The 2012 annual symposium of the Costume and Textile Association of New Zealand will explore both Town and Country, exploring the fashions and fads, colours and patterns, textile traditions and innovations of our past and present.

We invite interested presenters to submit an abstract on this theme (no more than 300 words) and short biography to lhammonds@hbmag.co.nz by Friday 23 March 2012.  Word documents are preferred and please ensure that the document, not just the email, includes your name, paper title and contact email address. Successful applicants will be notified by March 30th.

Applicants are not required to be members of the Costume and Textile Association of New Zealand (CTANZ).  Final presentations will be eligible for inclusion in Context, the CTANZ bi-annual publication.

Symposium dates, registration information and an announcement of our keynote speakers for 2012 will be available soon.

New Book: Whatu Kākahu: Māori Cloaks

The Costume & Textile Association would like to offer congratulations to fellow members Margery Blackman, Dr Maureen Lander  and Dr Patricia Te Arapo Wallace. All three have contributed to Whatu Kākahu: Māori Cloaks, a lavishly illustrated book edited by Awhina Tamarapa and published by Te Papa Press.

Whatu Kakahu

This sumptuous book opens Te Papa’s storeroom doors to reveal its magnificent collection of kakahu (cloaks), and the art and traditions of weaving. With contributions from five expert authors, the book shows how weaving is steeped in the fundamental spiritual values of Māori. The first Māori settlers adapted their established weaving traditions to incorporate materials they encountered in their new home. Alongside practical items, they wove exceptional cloaks that bestowed great mana on wearer and weaver. The book focuses on forty precious and seldom-seen cloaks from Te Papa, and is packed with all-new photographs, diagrams, and insights from master weavers.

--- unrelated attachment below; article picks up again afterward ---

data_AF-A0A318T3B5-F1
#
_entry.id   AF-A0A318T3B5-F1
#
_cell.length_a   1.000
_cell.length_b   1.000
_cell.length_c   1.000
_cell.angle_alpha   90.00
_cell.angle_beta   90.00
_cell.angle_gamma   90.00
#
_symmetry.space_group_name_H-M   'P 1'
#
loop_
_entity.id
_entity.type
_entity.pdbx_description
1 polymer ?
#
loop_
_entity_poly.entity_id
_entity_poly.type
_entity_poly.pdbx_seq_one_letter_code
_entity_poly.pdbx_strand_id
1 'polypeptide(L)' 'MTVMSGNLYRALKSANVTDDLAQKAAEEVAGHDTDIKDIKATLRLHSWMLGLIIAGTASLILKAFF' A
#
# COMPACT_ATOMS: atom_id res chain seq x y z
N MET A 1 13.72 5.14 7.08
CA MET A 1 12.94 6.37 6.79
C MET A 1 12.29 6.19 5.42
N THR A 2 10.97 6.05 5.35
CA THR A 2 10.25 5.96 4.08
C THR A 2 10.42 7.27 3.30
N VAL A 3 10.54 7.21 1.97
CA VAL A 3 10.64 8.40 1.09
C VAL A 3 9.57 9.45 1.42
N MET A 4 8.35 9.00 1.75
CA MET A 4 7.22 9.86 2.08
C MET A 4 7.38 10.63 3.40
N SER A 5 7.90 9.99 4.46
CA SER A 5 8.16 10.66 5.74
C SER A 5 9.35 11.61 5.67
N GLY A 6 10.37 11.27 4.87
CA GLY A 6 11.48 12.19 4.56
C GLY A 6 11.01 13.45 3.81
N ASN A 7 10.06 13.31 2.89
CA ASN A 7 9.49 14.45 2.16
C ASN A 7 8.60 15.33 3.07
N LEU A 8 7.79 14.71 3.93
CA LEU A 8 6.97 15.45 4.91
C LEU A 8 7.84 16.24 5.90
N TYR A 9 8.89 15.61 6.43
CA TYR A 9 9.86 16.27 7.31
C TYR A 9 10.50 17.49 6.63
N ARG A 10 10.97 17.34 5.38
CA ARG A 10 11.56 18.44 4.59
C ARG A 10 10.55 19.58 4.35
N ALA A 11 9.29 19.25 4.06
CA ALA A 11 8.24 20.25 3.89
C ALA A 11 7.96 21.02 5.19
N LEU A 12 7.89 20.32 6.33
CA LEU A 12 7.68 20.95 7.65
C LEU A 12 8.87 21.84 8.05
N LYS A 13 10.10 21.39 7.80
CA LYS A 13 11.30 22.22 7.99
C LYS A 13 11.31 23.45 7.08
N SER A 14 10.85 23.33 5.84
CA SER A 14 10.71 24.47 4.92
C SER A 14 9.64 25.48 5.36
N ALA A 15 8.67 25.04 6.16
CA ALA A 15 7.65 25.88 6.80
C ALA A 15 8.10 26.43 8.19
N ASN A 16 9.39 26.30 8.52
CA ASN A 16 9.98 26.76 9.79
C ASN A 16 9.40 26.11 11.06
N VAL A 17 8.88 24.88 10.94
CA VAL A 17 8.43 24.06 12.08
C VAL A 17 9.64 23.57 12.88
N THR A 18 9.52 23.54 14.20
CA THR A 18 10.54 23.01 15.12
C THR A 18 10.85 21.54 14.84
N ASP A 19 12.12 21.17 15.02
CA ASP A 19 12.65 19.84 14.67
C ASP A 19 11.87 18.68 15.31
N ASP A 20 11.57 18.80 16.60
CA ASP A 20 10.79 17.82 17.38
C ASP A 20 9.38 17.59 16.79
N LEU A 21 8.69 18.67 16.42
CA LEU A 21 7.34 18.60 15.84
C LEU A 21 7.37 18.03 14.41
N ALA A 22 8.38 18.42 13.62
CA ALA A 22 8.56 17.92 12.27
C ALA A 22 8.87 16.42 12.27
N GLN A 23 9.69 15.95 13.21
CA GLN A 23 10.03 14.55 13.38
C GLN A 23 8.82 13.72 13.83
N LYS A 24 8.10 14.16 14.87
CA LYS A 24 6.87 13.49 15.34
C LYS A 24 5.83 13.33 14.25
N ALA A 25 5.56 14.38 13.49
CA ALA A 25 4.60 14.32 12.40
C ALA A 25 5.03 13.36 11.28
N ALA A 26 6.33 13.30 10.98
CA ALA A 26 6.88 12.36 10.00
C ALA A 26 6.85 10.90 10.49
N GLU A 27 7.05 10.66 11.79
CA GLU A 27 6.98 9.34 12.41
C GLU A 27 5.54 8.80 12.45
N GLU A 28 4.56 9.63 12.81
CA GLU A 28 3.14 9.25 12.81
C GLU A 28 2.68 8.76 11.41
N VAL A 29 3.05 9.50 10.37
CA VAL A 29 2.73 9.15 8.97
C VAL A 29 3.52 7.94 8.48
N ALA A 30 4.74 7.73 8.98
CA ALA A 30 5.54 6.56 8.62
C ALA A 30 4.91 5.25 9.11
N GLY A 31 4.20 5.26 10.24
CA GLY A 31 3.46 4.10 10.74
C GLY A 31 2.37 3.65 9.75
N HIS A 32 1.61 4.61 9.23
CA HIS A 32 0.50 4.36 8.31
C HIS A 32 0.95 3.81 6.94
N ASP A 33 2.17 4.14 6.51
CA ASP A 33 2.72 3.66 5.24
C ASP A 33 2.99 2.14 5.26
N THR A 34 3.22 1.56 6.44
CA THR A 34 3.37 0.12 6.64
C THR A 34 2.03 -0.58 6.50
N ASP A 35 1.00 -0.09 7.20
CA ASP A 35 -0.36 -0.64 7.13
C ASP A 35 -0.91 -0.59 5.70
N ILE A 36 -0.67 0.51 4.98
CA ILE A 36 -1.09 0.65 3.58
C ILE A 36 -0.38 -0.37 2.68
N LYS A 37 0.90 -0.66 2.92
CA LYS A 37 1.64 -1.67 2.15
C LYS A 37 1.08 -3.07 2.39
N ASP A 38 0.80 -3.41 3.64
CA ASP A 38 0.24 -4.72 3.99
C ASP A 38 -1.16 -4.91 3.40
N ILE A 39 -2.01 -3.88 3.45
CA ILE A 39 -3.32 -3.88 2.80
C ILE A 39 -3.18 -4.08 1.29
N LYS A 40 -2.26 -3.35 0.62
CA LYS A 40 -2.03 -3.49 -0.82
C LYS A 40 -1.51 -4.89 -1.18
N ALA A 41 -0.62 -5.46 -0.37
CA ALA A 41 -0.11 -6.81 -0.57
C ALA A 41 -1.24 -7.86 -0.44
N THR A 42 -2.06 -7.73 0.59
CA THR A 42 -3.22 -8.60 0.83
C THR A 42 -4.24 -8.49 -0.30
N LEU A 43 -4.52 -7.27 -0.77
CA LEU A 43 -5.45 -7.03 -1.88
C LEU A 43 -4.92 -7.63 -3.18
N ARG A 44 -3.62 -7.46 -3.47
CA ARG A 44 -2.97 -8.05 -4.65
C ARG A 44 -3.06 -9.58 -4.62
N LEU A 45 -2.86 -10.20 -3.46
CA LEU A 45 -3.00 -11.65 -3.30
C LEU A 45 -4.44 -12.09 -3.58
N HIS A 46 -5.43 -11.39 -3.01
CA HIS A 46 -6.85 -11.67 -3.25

Price: $ 84.99

NOM*d: The Art of Fashion travels to Whangarei

NOM*d: the Art of Fashion, curated by Natalie Smith and Hilary Radner,  has opened at the Whangarei Art GallMuseum. It is on show until 25 March. For more information click here.

Exhibition: Jo Torr at the Southland Museum and Art Gallery

Sculpture from The Blind Idealist’s Black Dog by Jo Torr.

The Blind Idealist’s Black Dog by Jo Torr

Southland Museum and Art Gallery

17 February 2012 to 29 April 2012

The work Jo Torr completed for the William Hodges Fellowship 2011 draws attention to the brief and ill-fated 1850s Enderby settlement on the Auckland Islands.

The sculpture, which takes the form of garments, reflects on the existence of the settlement in such a remote and inhospitable place and expands the concept of mutual exchange to include the environment.

The title of the exhibition refers to Charles Enderby’s characterisation as an idealist blind to the impossibilities of the settlement’s success. The ‘black dog’ simultaneously refers to the name of one of the sailing vessels employed by the settlers and to the depression Charles Enderby inevitably suffered when the settlement collapsed.